Led by Stefan Wilhelm, Ph.D., assistant professor in the Stephenson School of Biomedical Engineering at the University of Oklahoma, a team of researchers from the Gallogly College of Engineering at OU, OU Health Sciences Center and Yale University recently published an article in ACS Nano that describes their development of a super-resolution imaging platform technology to improve understanding of how nanoparticles interact within cells.
As technology-driven capabilities in engineering and healthcare are ever-increasing, scientists and engineers are developing new technologies to advance the future of health. One such area, nanomedicine, explores the use of nanoparticles for drug delivery in the body to fight against infectious diseases or cancer. The assessment of these nanomedicines in cells, tissues and organs is often performed by optical imaging, which can have a limited quality of imaging resolution. New imaging technologies are needed to see nanoparticles in their 3-D ultrastructural context within biological tissues.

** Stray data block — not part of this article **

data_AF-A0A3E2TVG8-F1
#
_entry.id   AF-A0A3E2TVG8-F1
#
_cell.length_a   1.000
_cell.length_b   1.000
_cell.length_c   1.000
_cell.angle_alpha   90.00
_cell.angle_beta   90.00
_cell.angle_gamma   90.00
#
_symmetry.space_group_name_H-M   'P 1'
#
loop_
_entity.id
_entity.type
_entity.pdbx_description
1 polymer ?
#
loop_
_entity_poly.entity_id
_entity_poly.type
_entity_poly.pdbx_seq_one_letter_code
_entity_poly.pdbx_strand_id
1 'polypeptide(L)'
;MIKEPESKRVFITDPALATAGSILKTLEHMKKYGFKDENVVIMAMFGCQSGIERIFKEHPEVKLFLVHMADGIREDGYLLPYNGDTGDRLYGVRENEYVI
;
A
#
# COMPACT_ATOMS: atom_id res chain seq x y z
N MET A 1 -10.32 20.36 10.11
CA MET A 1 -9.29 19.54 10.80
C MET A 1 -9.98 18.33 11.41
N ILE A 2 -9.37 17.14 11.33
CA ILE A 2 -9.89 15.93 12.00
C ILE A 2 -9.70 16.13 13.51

“To see nanomedicines in biological samples, researchers either use electron microscopy, which provides excellent spatial resolution but lacks 3-D imaging capabilities, or optical microscopy, which achieves excellent 3-D imaging, but exhibits relatively low spatial resolution,” Wilhelm said. “We demonstrate that we can perform 3-D imaging of biological samples with electron microscopy-like resolution. This technique, called super-resolution imaging, allows us to see nanomedicines inside individual cells. Using this new super-resolution imaging method, we can now start to track and monitor nanoparticles inside cells, which is a prerequisite for designing nanomedicines that are safer and more efficient in reaching certain areas within cells.”
The researchers applied a 3-D super-resolution imaging technique known as expansion microscopy which involves embedding cells within swellable hydrogels. Like water-absorbing materials used in diapers, the hydrogel materials physically expand up to 20-fold their original size upon contact with water.
“This expansion enables the imaging of cells with a lateral resolution of approximately 10 nanometers using a conventional optical microscope,” Wilhelm said. “We combined this method with an approach to image metallic nanoparticles within cells. Our approach exploits the inherent ability of metallic nanoparticles to scatter light. We used the scattered light to image and quantify nanoparticles inside cells without the need for any additional nanoparticle labels.”
The authors suggest their super-resolution imaging platform technology could be used to improve the engineering of safer and more effective nanomedicines to advance the translation of these technologies into the clinic.